Friday Nights at Honeybee's

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Dial Press, 2003 - Fiction - 306 pages
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Everyone who’s anyone in the Harlem music scene has heard of Honeybee McColor and the famous Friday night gathers that fill her brownstone to bursting. In the early 1960s, nowhere but “The Big House” attracts so many renowned jazz and blues musicians--and no one but Miss Honeybee attracts such talented lost souls as Forestine Bent and Viola Bembrey.

The two women come from opposite worlds: one from the Brooklyn projects, the other from the Baptist, rural South. Both know that they belong elsewhere. A rare and extraordinary singer, Forestine aims to be a star. And Viola, stifled by her religious upbringing, strains to find freedom. But Forestine’s single-mindedness endangers the one person she really loves, while Viola blindly finds comfort in a man whose wild ways threaten to consume her.

With the help of Miss Honeybee and her remarkable friends--Willa, known for her talent both in the kitchen and on the piano, and the outrageous Vernon, who looks more elegant in a gown than any woman--Forestine and Viola struggle to find the balancing point where music doesn’t overpower love.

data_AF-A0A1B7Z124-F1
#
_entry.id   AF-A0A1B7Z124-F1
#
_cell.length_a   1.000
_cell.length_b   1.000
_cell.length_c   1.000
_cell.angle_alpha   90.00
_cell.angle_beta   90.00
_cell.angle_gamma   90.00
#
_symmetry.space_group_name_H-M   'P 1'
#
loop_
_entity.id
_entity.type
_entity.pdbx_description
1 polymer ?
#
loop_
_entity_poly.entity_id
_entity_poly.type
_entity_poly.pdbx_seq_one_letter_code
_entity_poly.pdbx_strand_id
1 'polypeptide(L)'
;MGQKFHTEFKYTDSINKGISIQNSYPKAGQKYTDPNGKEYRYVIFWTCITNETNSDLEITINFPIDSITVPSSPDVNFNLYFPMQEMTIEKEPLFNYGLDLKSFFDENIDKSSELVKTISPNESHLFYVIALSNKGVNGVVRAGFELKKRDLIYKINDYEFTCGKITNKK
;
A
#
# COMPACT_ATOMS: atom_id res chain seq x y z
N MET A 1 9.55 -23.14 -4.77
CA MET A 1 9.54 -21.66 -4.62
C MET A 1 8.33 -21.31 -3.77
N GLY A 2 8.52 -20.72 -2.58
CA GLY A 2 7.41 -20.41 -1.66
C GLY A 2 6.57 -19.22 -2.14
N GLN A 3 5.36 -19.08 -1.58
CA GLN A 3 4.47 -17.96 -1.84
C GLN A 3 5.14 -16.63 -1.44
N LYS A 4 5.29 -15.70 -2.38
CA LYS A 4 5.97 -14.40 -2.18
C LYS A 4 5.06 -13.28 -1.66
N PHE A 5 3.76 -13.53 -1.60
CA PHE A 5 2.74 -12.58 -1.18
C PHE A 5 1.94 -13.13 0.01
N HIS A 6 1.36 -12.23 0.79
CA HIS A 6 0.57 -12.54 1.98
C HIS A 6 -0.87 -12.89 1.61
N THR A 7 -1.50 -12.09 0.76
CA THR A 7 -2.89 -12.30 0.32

How these women fight their private wars, separately and together, is the emotional core of Andrea Smith’s eloquent and vibrant debut. With a cast of characters as compassionate as they are unique, this unforgettable novel overflows with energy, heart, and humanity.

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About the author (2003)

Andrea Smith has received fellowships from the Frederick Douglass Creative Arts Center and the New York Foundation for the Arts. She was born and raised in Brooklyn, New York, and now lives in Georgia with her eight-year-old son.

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